This ad is striking to me. It reminds me of the 1990s. More specifically it reminds me of 1995 when Christopher Reeve sustained a spinal cord injury. Suddenly spinal cord injury was news worthy. Reeve was the perfect man to put a face on spinal cord injury. When people thought about Reeve the thinking was very specific--Reeve took on the part of tragically crippled man. He played this part to absolute perfection. He used a large power wheelchair and was a vent dependent quadriplegic. This image, tall vibrant man paralyzed, could not be any better. Better yet, Reeve was well liked in Hollywood, had connected friends such as Robin Williams, a beautiful wife, and children. The more perfect he was the more tragic his injury became. Reeve oozed sincerity and dignity. The mainstream media gushed about Reeve's courage and will power. Reeve had a single interest--cure for spinal cord injury. He created a multimillion dollar foundation in his name devoted to cure and cure alone. Over night Reeve became the go to guy when anything tangentially associated with spinal cord injury was discussed in the mainstream media. He essentially cornered the market on spinal cord injury with his single minded dedication to a very narrow and specific focus--cure. This single minded quest fit perfectly with the cultural perception of disability. Disability is bad and all people with a disability want to be cured.

For quite sometime I refused to comment about Reeve. I readily admit I silently seethed in anger. No one could be so deluded or selfish I told myself. Reeve at some point will get it. Reeve never got it. To me this is the real tragedy associated with Reeve. He was a singularly destructive force in terms of disability rights. Reeve never grasped the most important aspect of disability: disability is a social malady. Disability is at its very core a civil rights issue for all people with a cognitive or physical deficit. The problem is not our unique physiology but society's refusal to negotiate our difference. Reeve never embraced nor understood disability rights. Instead he embraced the role of tragically crippled man. More than once he stated he was not interested in wheelchairs, ramps, elevators, etc. He believed he was different. Unlike others with an identical injury, Reeve was fawned over. In distancing himself from the social aspects of disability he embraced a medical model of disability with a twist. He wanted to be cured and had no interest in anything else but a cure. Rehabilitation? No thanks, I want to be cured. He created what I call the Christopher Reeve School of Paralysis that has adversely affected the lives of people that experience a spinal cord injury. Rehabilitation after a spinal cord injury is cursory today. A new outlook has emerged. Get them in and get them out ASAP. The fact newly injured people are ill prepared to care for themselves or have an appropriate wheelchair or wheelchair cushion is not relevant. People who experience a spinal cord injury live in limbo--a liminal state. They are paralyzed for sure but are now willing to wait until a cure is found. Thus the focus becomes maintaining their body for the glorious day when they can walk again. This mind set enables the cure industry to gets its hooks into people totally unfamiliar with disability. Enter silly and unproven devices such as the exoskeleton used at rehabilitation centers.  Rehabilitation centers once empowered people with a disability now they set people up to fail. Long ago, rehabilitation was about one thing--maintaining your independence and learning how to care for a paralyzed body. This was hard work and boring. The profit margin was nonexistent. Rehabilitations stays were prolonged, months. Medically this likely was not necessary however it awarded newly paralyzed people time to adjust physically, mentally and socially to their new status. In looking back extended rehabilitation was akin to living in a halfway house. It gave structure and a safety net. Through trial and error one adjusted. This is all gone.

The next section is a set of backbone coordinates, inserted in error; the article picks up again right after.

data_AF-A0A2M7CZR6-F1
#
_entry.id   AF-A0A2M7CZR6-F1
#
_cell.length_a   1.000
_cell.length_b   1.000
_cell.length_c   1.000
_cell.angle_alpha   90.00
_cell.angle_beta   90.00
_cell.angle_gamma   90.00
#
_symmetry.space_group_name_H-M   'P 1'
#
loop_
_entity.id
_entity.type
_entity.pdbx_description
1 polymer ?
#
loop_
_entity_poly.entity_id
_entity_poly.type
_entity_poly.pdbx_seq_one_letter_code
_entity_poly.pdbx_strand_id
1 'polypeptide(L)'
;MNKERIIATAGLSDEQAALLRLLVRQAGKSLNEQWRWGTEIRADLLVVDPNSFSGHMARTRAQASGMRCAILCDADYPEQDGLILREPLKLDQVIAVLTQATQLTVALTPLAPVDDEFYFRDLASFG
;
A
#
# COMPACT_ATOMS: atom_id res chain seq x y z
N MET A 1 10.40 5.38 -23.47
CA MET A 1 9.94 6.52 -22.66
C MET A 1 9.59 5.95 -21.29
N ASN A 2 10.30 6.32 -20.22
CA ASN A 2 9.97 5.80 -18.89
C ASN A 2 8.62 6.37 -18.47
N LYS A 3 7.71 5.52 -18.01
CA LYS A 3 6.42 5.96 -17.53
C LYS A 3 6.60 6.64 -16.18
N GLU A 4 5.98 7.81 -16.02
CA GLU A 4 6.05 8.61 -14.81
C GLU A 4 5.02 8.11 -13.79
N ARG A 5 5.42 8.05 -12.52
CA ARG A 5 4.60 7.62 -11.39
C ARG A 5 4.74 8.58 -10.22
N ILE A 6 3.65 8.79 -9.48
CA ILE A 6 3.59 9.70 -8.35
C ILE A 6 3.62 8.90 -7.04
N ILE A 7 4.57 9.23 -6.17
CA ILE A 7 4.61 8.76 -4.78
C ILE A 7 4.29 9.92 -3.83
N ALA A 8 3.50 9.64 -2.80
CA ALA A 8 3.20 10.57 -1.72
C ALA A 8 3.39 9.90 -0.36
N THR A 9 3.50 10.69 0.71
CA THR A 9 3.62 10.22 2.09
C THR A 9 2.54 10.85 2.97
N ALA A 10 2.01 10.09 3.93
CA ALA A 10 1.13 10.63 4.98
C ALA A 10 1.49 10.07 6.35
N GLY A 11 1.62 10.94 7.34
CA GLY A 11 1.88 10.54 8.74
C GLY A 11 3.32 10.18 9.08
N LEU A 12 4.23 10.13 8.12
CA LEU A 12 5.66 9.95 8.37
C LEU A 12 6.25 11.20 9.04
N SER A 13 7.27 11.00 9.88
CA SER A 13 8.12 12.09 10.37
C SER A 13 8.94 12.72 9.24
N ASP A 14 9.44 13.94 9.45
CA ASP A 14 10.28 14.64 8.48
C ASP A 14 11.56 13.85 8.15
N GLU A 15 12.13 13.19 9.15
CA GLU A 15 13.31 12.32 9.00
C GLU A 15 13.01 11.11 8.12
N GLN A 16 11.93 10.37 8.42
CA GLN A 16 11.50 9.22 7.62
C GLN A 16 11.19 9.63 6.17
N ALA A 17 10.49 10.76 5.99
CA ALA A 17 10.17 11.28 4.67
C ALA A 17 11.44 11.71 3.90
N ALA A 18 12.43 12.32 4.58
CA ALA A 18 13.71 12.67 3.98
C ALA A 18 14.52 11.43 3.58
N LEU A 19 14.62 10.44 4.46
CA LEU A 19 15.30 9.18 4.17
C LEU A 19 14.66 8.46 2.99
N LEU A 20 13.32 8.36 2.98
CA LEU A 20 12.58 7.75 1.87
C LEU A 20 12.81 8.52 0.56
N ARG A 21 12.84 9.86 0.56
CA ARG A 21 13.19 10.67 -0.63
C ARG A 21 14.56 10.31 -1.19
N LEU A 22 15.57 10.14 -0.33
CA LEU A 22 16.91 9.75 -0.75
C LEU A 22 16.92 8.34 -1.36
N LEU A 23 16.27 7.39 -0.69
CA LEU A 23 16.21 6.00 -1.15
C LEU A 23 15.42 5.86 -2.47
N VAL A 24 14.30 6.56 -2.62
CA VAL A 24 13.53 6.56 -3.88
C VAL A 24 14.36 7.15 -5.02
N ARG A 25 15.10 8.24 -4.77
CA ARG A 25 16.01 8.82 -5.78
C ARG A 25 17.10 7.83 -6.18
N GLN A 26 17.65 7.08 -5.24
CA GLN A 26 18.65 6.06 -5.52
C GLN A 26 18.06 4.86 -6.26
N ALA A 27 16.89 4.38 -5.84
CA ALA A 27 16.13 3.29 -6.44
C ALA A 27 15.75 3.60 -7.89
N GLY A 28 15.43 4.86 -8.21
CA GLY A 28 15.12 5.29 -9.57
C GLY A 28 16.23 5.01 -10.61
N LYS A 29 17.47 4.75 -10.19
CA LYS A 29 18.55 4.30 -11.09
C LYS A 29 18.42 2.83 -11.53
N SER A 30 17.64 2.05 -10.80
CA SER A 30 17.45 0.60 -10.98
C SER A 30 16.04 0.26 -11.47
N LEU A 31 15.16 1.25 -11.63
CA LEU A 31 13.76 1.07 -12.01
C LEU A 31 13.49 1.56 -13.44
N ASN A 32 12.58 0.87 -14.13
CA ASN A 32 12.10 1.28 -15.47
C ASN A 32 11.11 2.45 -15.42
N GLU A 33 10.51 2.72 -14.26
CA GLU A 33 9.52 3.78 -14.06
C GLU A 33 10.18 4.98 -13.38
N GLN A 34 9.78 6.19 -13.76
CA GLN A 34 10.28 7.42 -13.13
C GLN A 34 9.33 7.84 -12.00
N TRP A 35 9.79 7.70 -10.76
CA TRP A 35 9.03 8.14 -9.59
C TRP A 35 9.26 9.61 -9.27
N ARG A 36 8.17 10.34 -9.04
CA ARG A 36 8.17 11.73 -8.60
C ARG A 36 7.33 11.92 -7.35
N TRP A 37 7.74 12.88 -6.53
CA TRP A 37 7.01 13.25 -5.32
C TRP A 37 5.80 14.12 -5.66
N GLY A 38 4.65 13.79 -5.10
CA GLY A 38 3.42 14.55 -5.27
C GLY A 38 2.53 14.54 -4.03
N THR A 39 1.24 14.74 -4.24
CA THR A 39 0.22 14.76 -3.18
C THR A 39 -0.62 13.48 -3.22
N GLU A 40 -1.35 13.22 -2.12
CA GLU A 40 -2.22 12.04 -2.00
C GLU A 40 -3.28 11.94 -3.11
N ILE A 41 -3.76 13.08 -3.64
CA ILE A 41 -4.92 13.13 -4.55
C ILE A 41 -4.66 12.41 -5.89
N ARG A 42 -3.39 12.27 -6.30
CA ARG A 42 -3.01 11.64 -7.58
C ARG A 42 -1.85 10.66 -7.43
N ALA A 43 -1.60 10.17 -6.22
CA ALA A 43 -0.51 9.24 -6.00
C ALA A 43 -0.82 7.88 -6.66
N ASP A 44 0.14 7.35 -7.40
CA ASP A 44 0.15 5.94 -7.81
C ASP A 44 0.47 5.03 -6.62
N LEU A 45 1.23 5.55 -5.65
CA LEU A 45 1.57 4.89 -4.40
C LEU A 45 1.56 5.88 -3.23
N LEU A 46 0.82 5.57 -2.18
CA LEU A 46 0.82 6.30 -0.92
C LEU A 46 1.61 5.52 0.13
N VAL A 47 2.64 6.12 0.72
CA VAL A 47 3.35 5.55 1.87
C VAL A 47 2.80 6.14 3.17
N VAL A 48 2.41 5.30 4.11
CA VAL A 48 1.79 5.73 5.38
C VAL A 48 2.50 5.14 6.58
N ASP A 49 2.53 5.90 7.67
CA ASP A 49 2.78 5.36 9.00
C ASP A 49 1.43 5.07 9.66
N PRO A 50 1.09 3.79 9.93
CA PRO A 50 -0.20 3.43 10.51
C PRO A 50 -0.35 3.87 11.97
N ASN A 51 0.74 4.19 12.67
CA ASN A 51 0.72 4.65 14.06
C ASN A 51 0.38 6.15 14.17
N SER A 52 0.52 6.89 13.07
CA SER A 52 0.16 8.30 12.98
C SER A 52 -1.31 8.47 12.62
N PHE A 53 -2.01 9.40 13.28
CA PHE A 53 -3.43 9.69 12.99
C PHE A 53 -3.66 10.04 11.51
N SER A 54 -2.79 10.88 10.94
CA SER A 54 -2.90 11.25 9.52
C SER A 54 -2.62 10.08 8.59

The above thoughts were prompted by the terrible video clip above. Reeve's legacy lives on. This ad is a classic example of how such demeaning tactics to raise money work.  I simply wish such videos were a thing of the past; a period piece in which we shake our collective heads and wonder what was I thinking. So I wonder and worry. What sort of life lessons are paralyzed people being taught today. Will we create people like Christina Symanski who died a slow agonizing death via starvation and dehydration? Will people stop living and instead wait for a cure that is not likely to come in their life time?  Gloomy thought on a lovely snowy morning in New York.